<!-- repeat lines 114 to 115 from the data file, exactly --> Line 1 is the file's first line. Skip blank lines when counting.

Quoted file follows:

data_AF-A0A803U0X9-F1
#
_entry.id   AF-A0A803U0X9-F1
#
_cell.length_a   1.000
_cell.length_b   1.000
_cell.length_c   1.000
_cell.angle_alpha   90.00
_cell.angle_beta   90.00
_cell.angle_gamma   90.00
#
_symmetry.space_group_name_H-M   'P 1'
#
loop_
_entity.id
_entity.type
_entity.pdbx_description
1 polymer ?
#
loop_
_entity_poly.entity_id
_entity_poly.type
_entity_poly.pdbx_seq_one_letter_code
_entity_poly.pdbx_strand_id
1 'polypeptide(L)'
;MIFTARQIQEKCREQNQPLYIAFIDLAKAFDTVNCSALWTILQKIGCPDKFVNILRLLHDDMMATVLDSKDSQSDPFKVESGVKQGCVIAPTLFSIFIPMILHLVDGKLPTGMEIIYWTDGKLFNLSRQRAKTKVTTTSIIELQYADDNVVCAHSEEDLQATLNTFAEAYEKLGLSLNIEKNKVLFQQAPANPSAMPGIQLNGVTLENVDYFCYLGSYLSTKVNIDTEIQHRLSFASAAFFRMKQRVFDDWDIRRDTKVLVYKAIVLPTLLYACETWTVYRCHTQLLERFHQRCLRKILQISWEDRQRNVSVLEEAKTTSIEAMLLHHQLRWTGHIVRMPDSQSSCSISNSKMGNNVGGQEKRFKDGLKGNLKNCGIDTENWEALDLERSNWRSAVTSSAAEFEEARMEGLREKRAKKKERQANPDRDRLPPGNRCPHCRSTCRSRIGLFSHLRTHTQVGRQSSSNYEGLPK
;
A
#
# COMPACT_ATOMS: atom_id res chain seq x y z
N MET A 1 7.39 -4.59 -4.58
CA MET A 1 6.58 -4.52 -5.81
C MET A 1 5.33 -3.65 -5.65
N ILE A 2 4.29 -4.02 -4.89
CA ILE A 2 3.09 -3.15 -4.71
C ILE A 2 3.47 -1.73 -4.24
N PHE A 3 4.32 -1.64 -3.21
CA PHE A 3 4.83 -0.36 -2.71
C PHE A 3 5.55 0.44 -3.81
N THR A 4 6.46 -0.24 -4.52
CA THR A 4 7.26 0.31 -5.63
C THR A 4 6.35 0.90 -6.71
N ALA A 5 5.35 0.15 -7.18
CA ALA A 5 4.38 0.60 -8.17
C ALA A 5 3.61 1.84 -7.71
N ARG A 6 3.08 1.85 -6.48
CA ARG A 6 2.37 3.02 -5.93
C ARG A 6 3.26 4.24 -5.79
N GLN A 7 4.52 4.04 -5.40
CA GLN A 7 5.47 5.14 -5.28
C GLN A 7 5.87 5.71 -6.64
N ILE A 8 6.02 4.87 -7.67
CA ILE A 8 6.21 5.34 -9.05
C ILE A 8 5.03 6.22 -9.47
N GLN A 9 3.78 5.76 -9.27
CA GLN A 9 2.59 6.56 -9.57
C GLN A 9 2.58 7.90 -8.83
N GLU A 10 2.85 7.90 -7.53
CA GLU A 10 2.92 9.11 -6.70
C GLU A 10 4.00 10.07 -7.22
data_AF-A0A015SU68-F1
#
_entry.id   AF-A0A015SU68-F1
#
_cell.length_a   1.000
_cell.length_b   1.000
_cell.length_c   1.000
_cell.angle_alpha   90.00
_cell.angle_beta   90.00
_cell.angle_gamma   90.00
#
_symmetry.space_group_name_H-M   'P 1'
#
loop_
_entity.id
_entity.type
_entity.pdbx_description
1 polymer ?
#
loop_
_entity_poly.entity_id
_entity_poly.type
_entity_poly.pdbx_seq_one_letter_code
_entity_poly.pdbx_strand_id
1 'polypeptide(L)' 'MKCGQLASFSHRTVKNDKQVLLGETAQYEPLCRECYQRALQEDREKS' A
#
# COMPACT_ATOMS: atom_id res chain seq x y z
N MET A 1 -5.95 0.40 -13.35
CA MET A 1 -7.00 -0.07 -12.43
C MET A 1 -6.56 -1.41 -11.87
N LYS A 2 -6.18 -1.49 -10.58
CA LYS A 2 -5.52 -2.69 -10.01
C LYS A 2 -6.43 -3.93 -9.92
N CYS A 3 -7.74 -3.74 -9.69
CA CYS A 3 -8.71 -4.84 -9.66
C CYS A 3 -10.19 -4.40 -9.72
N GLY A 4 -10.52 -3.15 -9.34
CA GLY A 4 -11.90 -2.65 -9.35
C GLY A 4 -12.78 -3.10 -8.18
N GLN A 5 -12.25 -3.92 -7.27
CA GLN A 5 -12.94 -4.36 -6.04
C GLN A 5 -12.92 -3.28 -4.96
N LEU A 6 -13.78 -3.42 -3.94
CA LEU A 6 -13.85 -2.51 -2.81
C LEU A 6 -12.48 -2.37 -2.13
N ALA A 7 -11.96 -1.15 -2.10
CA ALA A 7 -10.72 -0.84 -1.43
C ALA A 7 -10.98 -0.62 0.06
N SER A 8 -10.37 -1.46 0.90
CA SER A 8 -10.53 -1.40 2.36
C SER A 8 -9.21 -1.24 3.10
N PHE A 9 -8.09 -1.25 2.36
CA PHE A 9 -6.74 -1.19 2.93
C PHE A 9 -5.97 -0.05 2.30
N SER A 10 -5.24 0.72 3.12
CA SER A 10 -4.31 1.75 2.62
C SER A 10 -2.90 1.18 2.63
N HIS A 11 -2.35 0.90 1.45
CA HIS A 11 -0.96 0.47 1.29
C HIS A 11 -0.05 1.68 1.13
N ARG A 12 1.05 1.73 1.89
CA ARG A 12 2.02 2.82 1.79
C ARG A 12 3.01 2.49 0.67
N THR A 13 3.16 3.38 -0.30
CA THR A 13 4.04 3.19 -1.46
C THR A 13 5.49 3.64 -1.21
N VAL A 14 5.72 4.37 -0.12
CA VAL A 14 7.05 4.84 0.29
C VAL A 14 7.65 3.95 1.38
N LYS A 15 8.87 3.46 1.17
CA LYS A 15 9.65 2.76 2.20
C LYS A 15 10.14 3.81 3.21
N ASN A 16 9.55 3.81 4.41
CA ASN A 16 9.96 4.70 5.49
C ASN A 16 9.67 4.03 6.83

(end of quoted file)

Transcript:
C PHE A 9 -5.97 -0.05 2.30
N SER A 10 -5.24 0.72 3.12